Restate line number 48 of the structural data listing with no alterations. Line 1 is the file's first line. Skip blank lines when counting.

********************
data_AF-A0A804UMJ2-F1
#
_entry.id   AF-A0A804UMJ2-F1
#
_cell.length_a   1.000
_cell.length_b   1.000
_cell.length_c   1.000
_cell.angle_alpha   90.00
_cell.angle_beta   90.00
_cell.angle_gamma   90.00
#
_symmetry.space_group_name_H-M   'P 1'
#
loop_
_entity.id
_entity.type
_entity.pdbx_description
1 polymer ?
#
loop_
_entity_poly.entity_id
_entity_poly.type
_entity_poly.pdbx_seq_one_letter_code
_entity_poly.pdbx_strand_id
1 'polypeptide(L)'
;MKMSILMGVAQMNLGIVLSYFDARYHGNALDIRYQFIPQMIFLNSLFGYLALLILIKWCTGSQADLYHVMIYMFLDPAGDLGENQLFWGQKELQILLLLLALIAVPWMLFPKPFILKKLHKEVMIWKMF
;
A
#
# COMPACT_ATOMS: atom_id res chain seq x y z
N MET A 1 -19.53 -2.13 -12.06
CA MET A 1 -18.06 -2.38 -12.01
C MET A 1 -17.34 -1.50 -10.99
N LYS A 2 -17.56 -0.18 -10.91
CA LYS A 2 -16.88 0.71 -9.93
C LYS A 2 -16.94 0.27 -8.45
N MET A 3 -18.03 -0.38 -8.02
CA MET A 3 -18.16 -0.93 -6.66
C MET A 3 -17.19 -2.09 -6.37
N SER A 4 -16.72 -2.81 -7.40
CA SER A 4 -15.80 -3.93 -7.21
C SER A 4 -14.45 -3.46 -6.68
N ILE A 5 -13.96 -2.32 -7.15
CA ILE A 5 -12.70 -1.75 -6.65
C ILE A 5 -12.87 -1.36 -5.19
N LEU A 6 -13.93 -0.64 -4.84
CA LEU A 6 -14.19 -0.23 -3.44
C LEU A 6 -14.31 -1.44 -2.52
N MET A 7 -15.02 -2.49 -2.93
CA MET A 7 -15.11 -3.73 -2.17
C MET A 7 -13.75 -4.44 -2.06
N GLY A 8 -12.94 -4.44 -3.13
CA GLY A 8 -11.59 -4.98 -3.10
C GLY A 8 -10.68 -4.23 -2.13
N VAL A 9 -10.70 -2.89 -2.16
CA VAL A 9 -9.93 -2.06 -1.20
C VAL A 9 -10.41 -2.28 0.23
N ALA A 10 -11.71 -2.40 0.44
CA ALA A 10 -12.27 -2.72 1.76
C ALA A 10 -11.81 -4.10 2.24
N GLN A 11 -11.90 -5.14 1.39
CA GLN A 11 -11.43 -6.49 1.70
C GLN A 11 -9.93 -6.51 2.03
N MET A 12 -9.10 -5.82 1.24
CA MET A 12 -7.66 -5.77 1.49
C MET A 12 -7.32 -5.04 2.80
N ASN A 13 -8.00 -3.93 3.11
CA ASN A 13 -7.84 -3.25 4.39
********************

C LEU A 6 -14.31 -1.44 -2.52